Make Windows 7 Work Your Way With Easy Customization Tricks

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Tweakers, rejoice! Windows 7 offers more customization options than any previous version of Windows--from total control over annoying pop-up system messages to homebrew "search connectors" that let you run Web searches right from Windows Explorer.

A few of these options require third-party software, but they're all freebies and all easy to use. Most of the tweaks, however, can be accomplished with a few simple clicks. So get ready to make a good OS even better by adding some personal customization touches.

Change the Log-on Screen's Wallpaper

Tired of the same old log-on screen? Logon Changer lets you replace it with the image of your choice.

Windows 7 has a lovely blue log-on screen, but it gets a little boring after awhile. Wouldn't it be nice if you could customize it the way you can Windows' desktop wallpaper? You can, without visiting the Registry. All you need is the Logon Changer for Windows 7, a free utility that lets you turn any image into your log-on screen background.

Run the program, click Change Logon Screen, and then navigate to the folder containing the image you want. If it's too large (Windows limits image size to 245KB), Logon Changer will offer to copy and resize it. Once the new background is in place, you can preview it at full-screen sizeby clicking Test. If you want the old wallpaper back, click Revert to Default Logon Screen.

Tweak the User Interface

The heir apparent to TweakUI, Ultimate Windows Tweaker gives you control over every Windows 7 setting imaginable.

Remember TweakUI, the old Microsoft utility that let you fine-tune the Windows interface? The Windows Club's Ultimate Windows Tweaker, its unofficial successor for Windows 7, goes so far as to bill itself as a "Tweak UI utility."

Like TweakUI, UWT providesa king's ransom in customization controls, from changing what appears in the Start menu to optimizing performance by disabling various Windows features (like Aero and Tablet PC). Tired of Windows' automatically rebooting after an unattended system update? You can turn off that option and countless others. UWT even lets you wrangle Internet Explorer 8: no more warnings when you're about to close multiple tabs, for example.

Granted, you can reach many of the same settings by delving into the Control Panel, Registry, and other areas. But Ultimate Windows Tweaker puts every imaginable option (and some you never imagined) under one convenient roof. It's a must-have tool for any serious Windows tweaker.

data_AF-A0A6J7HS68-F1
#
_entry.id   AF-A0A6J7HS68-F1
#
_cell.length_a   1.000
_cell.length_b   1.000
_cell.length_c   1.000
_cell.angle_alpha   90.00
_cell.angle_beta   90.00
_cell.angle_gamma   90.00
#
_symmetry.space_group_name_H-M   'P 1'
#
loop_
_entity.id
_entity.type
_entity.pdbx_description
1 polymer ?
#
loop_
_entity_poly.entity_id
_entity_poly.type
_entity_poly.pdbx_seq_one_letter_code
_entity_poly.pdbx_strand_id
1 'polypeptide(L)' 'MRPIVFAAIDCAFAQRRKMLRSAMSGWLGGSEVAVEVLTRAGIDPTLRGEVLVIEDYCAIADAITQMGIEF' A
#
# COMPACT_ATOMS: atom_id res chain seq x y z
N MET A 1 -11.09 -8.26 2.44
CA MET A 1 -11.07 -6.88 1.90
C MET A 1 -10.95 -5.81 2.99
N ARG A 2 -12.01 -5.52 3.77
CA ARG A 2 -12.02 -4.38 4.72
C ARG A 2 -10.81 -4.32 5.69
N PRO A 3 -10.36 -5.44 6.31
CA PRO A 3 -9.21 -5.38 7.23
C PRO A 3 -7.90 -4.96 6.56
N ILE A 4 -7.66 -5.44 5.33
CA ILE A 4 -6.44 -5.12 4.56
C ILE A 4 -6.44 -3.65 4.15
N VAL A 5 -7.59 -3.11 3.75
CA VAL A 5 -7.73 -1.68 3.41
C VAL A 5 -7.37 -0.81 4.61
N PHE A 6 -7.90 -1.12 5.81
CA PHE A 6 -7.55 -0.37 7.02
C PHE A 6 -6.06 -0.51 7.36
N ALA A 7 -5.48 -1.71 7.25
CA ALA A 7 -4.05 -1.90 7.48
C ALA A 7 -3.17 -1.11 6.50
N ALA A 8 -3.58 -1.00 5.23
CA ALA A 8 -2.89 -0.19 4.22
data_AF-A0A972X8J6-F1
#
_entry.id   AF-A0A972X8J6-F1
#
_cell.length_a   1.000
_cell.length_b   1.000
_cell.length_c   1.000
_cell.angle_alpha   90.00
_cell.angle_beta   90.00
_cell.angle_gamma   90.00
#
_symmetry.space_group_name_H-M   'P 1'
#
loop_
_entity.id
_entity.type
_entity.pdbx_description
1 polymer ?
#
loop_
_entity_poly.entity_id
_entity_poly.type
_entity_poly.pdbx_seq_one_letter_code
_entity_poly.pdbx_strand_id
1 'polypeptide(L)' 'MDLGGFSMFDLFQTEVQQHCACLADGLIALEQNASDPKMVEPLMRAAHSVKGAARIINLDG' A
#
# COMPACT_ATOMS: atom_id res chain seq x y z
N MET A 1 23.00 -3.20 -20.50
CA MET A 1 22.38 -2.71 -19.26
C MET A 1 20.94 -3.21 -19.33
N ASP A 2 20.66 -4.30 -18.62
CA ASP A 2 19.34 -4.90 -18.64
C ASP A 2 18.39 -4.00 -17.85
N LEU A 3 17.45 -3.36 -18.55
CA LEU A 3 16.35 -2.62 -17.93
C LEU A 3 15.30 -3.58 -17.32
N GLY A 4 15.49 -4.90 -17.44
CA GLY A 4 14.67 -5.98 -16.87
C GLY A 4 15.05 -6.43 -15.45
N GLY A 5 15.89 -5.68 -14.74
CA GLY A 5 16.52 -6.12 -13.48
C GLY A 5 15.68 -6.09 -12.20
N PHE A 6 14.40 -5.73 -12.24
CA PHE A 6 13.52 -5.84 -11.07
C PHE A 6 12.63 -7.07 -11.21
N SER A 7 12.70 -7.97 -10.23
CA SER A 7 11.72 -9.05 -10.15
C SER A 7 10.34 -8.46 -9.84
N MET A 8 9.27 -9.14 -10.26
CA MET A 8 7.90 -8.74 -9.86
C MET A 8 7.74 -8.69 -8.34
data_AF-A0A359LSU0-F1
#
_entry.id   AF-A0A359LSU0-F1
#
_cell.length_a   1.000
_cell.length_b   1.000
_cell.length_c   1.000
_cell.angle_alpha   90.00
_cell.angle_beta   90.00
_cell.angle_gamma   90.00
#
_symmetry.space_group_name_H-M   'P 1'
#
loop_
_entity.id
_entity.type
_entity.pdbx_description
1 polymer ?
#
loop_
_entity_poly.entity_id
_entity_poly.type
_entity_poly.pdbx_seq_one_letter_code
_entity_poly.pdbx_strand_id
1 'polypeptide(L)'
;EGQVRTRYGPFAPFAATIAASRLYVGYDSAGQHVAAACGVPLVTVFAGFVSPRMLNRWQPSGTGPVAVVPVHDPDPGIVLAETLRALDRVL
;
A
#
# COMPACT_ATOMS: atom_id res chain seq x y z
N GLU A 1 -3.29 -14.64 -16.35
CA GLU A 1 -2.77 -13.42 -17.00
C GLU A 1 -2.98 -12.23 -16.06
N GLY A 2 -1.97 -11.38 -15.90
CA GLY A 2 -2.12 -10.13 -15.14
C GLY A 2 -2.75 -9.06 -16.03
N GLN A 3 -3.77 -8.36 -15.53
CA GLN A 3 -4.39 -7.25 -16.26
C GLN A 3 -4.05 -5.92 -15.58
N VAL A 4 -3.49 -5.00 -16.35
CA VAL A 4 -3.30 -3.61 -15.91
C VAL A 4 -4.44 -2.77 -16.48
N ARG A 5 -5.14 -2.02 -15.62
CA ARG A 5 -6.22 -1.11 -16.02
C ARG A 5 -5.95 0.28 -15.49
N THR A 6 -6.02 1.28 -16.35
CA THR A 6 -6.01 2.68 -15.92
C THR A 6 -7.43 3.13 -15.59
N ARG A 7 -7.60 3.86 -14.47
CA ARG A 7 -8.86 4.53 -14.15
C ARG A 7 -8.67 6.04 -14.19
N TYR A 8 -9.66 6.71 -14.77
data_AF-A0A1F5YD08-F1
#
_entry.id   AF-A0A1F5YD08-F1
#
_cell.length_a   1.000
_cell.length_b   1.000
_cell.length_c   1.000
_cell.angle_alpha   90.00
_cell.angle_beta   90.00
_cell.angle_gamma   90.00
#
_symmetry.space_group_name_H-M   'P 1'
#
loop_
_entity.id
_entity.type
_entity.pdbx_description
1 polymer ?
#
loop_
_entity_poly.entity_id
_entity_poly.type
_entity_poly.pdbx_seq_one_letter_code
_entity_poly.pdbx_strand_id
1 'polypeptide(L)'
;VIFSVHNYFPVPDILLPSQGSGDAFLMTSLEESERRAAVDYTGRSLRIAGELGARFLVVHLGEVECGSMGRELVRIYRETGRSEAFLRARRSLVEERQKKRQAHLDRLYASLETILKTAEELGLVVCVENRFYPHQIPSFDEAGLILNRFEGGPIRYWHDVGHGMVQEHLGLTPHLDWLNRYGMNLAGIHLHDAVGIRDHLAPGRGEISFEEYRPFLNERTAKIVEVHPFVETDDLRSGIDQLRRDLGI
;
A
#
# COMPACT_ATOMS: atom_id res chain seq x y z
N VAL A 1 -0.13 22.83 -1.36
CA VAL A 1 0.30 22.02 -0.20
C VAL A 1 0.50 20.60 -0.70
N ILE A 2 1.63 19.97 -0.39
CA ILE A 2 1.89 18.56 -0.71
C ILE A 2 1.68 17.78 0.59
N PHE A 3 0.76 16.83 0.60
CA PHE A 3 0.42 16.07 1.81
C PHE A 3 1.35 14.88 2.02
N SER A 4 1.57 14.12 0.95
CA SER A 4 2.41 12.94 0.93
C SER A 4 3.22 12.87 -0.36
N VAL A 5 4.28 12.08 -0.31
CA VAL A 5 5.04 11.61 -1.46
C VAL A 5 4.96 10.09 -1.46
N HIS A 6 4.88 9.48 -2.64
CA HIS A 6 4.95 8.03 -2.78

Change Windows Media Center Startup Options

A simple tweak makes Windows Media Center start the way you want it to.

If you use Windows Media Center, you've probably wished for a way to bypass the startup animation and go straight to live TV. Or to start playing your music favorites immediately. Fortunately, by flipping a few hidden "switches," you can configure WMC to start exactly the way you want.

Click Start, All Programs, find and right-click the Windows Media Center icon, and then choose Properties. Place your cursor at the end of the Target field, where you'll see this line: %windir%\ehome\ehshell.exe. Now it's time to tack on one or more of the following switches:

/nostartupanimation disables the startup animation so you get into WMC a few seconds faster.

/playallmusic immediately plays your music library.

/playfavmusic immediately plays your music favorites.

/playslideshow immediately plays a slideshow of all your photos.

/playslideshowwithmusic immediately plays a slideshow with music.

"/mcesuperbar://tv?live=true" goes directly to live TV (assuming you have a tuner).

Getting back to our initial example, suppose that you want to bypass the startup animation and go straight to live TV. Here's the how the Target field should read (make sure to leave a space before each switch):

%windir%\ehome\ehshell.exe /nostartupanimation "/mcesuperbar://tv?live=true"

Add Your Downloads Folder to the Start Menu

You can easily add your Downloads folder to your system's Start menu.

By default, the files you download land in the Downloads folder. So why doesn't Windows make that folder easier to find? Here's how to add it to the Start menu:

1. Right-click the Start button, and then click Properties.

2. Click the Customize button.

3. Scroll down until you find the entry for 'Downloads'. Then enable either Display as a link or Display as a menu. The former will open your Downloads folder in a new window; the latter will display the contents as a fly-out menu.

4. Click OK, OK, and you're done.

Now, click Start and examine the options in the right-hand column: You'll see Downloads ready and waiting.

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